I suspect that most writers wouldn’t write a piece of dialogue like the examples above, because they think that readers will see it as laziness in the author.  Certainly, they can if you overdo it, but all things in moderation, as I’ve read somewhere.

Consider the examples above:  The first is being asked by a detective of the character who he thinks might be the criminal.  The criminal doesn’t want to say, “I was murdering John Smith.”  Maybe he didn’t, but he also doesn’t want to say, “I was holding up the corner liquor store.”  Or maybe he was in bed with his partner’s wife.  He won’t want to say that, either, so he’s going to play for time while his mind frantically races to cook up a story that he can support later.

And who are the players in the second example?  Has a brother invaded his sister’s bedroom, perhaps looking for her diary?  Is he older and used to bullying her?  Maybe he’s younger, and she dominates him pretty badly.  Are they middle school-age?  High school?  College?  Maybe they’re adults, and live in separate houses, and she finds him in her personal space.  Why is he there?

Or maybe they’re both someplace they aren’t supposed to be, perhaps their parents’ bedroom.  Or maybe a detective has caught a uniformed officer poking around in the evidence room.  It could be a military situation, or two crooks before or after a job.  Where is this conversation going?  The possibilities are endless.

The point is that answering a question with a question is far from bad writing if you use it correctly and sparingly.  You can readily see how, using the above examples in a wide range of situations, you can speak volumes about a character just by having him repeat a question that he’s been asked.  The reader will immediately flag that character as someone suspicious, and watch him like a hawk from that point on.  You can lead said reader wherever you want from there, and he will eagerly follow, looking for the next breadcrumb.  That, my friends, is immersion at its finest, and you all know that immersion on the part of your reader is the holy grail of writing.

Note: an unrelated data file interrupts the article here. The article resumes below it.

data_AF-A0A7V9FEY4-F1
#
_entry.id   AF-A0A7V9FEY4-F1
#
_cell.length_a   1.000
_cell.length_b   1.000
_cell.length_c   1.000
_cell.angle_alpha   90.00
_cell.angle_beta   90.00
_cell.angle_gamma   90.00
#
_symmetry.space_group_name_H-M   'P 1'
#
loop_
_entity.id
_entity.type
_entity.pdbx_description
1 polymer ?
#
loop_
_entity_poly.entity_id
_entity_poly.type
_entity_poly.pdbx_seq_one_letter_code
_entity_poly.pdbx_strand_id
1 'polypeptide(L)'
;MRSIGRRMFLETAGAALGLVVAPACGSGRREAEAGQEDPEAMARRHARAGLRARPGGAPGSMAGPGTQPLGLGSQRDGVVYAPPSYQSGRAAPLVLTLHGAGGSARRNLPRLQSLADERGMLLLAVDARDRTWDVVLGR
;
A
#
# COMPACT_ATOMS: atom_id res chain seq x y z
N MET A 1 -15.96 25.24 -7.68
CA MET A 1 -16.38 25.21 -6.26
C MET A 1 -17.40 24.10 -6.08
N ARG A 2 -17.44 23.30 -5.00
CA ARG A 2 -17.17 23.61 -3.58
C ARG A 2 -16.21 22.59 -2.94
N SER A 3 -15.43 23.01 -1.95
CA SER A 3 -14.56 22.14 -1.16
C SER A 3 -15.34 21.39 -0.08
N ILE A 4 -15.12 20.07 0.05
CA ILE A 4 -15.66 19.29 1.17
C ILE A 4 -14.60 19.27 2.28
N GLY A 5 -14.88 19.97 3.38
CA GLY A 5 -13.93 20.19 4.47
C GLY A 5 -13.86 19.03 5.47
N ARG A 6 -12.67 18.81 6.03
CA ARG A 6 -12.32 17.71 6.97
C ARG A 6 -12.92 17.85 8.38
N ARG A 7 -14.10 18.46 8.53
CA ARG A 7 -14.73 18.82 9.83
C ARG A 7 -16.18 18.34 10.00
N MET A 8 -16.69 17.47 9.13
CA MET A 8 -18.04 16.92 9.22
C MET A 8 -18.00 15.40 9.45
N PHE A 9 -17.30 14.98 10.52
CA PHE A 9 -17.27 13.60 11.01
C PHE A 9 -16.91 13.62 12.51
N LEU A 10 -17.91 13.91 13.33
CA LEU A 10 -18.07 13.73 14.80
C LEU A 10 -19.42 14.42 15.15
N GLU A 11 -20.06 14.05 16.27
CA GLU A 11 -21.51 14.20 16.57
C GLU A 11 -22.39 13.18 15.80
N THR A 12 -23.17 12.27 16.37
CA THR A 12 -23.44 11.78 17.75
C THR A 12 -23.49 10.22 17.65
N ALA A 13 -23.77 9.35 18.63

This will be a short post this week, and not because I can’t think of anything else to say.  There are some chestnuts that I want to drop clean for you to pick up and examine without a lot of background noise and clutter, and this is one of them.  Take this concept, think about it, modify it for your own use, and look for places to slip one in.  The effect on your readers will show up in your comments and reviews, and I’m pretty sure you’ll be amazed at the results.

View from the Blimp

Since we last met, I have become a freelance cartographer of sorts.  I shared the new map for the Port Reprieve anthology last week, and I am now working on a polished map of Railroad City for William Jackson’s series of the same name.  The map will be as detailed as a map can be for a Kindle display, and it is both time-consuming and pain-inducing, bringing on muscle fatigue and occasional cramps from fingertips to elbows.  In addition, time I spend on this map is time I would be spending on The Darklighters, although  I am plotting, planning, and making the occasional note as I work.  William is a very good friend, and I never want to say no to friends, but I’m going to have to limit this to one or two a year if these last two are any indication.